That is the online title of an op-ed by Ted Koppel appearing in the Washington Post (the hardcopy headline reads "Before the cyber-blackout"). Koppel, best known for hosting the ABC news program “Nightline” from 1980 to 2005, is the author of the new book, Lights Out: A Cyberattack, a Nation Unprepared, Surviving the Aftermath.
The op-ed raises the specter of a power outage lasting not hours, or days, but weeks, or months, due to a coordinated cyber-attack on the vulnerable U.S. electricity grid.
But the op-ed does not address what this would mean at the 100 still operating atomic reactors across the country, and even at the numerous atomic reactors permanently shutdown. Even if operating atomic reactors were able to power down and shutdown safely during a power outage, their thermally hot cores would still have to be cooled for several days before cold shutdown was reached.
After all, the three operating reactors at Fukushima Daiichi, Japan did successfully SCRAM the moment the 9.0 earthquake struck on 3/11/11. It was the inability to cool the cores in the following days, due to the lost of the electric grid and the backup emergency diesel generators (EDGs) that led to the triple-meltdown.
This is the cautionary tale for a massive cyber-attack on the U.S. electric grid, vis a vis nuclear power plants. The hot cores would need to be cooled for at least several days, if not longer, before cold shutdown was achieved. But so too would high-level radioactive waste storage pools, even at atomic reactors that have been long permanently shutdown.
For hot reactor cores, this means EDGs would have to take the place of the electric grid, as the source of power to run the safety and cooling systems, for days or longer. But only so much diesel fuel is required to be stored on-site at reactors, as little as days' worth. The mass societal disruption caused by a widespread power outage would make diesel fuel re-supply to atomic reactors difficult to impossible.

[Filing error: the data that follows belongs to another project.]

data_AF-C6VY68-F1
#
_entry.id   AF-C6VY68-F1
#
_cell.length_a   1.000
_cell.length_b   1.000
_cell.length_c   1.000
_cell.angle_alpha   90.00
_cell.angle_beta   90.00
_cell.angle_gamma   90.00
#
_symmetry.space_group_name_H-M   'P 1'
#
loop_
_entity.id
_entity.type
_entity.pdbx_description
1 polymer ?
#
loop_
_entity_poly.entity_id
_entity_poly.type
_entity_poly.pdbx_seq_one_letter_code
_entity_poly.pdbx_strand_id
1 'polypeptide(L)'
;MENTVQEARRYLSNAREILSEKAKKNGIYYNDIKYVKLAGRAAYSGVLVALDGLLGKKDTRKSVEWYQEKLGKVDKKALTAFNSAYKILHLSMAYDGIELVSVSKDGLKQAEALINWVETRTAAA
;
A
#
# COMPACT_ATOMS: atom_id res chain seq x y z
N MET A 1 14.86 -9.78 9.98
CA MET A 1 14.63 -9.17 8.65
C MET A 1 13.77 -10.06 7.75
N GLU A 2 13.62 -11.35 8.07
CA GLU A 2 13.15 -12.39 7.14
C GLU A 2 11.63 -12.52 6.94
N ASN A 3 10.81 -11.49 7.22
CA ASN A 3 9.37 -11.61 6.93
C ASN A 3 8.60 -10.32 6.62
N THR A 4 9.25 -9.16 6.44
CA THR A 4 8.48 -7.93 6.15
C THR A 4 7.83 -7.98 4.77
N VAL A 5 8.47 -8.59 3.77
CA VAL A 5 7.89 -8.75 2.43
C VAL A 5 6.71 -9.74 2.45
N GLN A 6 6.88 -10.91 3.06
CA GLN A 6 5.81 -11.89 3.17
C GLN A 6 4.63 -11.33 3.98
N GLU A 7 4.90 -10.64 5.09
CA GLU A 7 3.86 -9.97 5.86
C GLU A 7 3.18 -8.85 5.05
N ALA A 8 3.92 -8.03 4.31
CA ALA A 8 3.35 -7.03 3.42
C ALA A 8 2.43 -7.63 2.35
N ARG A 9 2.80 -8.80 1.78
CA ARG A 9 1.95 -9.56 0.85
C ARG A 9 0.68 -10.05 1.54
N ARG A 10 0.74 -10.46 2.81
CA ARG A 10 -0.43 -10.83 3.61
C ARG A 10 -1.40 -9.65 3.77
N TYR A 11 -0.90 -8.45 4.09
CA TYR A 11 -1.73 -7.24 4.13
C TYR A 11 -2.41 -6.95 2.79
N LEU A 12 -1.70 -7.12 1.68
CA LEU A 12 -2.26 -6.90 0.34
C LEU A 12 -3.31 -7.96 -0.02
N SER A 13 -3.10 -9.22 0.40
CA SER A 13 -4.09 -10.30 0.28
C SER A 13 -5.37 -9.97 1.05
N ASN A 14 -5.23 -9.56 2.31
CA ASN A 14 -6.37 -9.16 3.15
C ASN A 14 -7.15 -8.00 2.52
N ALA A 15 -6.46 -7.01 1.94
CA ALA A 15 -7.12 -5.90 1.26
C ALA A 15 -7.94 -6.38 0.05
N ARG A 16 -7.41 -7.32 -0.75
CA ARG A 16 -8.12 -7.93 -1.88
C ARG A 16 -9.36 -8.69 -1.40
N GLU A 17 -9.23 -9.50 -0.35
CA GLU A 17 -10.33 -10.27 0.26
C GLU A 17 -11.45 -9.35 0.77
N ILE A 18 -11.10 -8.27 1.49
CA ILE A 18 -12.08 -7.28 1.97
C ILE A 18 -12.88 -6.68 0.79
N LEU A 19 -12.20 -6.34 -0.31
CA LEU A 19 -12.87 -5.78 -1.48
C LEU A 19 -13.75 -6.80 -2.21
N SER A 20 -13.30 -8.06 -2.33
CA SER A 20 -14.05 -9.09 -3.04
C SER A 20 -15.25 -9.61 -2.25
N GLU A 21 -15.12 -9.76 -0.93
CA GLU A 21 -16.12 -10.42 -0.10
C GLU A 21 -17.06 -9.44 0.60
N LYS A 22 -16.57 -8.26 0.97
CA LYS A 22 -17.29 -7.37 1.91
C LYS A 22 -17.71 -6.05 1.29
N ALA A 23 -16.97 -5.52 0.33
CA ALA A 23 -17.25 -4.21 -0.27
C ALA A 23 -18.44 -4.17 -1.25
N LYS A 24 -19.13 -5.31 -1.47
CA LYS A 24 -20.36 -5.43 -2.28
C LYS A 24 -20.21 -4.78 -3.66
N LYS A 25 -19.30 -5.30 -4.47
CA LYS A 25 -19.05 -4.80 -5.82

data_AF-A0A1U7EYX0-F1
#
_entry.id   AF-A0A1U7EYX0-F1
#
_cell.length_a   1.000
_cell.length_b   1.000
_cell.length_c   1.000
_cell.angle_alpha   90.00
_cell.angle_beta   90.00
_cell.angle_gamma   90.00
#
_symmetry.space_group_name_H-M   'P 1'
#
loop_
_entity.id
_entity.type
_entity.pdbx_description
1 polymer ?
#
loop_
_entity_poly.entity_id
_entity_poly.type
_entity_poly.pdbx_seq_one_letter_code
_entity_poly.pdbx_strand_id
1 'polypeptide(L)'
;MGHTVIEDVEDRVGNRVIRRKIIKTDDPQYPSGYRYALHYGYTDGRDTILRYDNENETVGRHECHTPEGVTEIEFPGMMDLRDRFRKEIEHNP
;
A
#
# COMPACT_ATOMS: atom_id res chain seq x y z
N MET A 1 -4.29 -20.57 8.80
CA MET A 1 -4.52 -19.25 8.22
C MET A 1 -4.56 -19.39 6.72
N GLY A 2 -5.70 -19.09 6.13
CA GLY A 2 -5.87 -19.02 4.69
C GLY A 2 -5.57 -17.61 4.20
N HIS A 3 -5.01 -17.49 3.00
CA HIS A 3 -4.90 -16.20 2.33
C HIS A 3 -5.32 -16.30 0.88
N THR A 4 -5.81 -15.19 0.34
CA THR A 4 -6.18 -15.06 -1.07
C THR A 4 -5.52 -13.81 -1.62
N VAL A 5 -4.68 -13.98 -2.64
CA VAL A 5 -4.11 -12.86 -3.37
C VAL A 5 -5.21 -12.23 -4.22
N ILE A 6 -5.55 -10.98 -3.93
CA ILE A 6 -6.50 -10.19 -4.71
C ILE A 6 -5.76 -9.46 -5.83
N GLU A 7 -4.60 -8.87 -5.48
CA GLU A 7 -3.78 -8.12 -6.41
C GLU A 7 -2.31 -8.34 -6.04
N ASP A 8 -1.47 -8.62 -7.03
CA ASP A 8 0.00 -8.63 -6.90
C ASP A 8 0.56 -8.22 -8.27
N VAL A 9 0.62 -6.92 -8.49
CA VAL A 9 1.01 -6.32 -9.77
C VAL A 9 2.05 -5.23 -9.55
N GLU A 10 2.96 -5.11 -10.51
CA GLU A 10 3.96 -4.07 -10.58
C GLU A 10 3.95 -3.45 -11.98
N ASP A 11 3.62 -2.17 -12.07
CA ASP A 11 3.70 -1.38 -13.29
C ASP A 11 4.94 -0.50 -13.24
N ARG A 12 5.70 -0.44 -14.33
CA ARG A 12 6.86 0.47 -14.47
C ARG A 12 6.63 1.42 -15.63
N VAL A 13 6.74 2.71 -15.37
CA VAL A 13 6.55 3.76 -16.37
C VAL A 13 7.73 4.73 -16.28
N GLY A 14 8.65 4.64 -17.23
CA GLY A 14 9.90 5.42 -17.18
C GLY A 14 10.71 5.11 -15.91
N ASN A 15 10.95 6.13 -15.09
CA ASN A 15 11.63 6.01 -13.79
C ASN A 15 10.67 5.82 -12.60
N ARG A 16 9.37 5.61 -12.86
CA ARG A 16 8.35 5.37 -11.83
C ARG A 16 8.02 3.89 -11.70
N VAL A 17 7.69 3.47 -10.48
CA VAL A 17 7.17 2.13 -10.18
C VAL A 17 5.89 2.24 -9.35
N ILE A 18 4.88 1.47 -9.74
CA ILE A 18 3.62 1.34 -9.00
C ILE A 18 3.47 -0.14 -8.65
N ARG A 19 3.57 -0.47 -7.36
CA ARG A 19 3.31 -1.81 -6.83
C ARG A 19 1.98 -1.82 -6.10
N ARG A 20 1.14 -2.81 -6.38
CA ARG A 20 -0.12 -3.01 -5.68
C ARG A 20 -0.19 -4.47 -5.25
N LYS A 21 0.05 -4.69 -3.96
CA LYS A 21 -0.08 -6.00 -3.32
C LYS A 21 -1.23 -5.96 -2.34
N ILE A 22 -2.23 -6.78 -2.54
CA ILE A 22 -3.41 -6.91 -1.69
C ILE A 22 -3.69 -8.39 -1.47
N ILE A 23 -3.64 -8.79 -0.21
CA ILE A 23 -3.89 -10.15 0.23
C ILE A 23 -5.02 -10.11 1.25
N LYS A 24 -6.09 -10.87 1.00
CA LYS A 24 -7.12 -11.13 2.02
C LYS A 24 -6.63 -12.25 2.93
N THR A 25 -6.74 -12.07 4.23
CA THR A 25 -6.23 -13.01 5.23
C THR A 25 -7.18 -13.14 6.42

This could make harrowing decisions necessary. For example, during the aftermath of Hurricane Andrew, diesel fuel supplies for EDGs at area hospitals had to be re-directed to the Turkey Point nuclear power plant, to keep EDGs running there. Thus, electricity at hospitals, in the aftermath of a major hurricane, was deemed secondary, as the priority had to be preventing a meltdown at an atomic reactor.
In the case of high-level radioactive waste storage pools, at both still operating reactors, as well as long permanently shutdown ones, the emergency would be initially complicated by the inexplicable fact that the Nuclear Regulatory Commission (NRC) does not require pools to be connected to EDGs in the first place. The power to run the safety and cooling systems on pools is entirely reliant on the electric grid. Thus, if the grid is lost, the pools will be entirely without electricity -- unless and until, in an ad hoc fashion, EDGs can quickly be connected to the pools.
Cooling thermally hot reactor cores invovles a much shorter fuse than cooling pools. The former allows only hours without cooling, before meltdown begins. But even the longer fuse with pools -- days or even weeks before pool water boils off, all the way down to the tops of the irradiated fuel assemblies stored in the bottom of the pool, under tens of feet of water, could be implicated. After all, Koppel warns that the cyber-attack on the electric grid could result in not hours or days of power outage, but weeks or months.
Again, at Fukushima Daiichi, it took 10 days just to restore the lights in a single control room. It took much longer to re-establish stable cooling water supplies to the melted down reactor units, as well as to the high-level radioactive waste storage pools. And that involved an albeit massive one-two punch of natural disasters, earthquake and tsunami, not an intentional attack.
An ironic image accompanied Koppel's op-ed,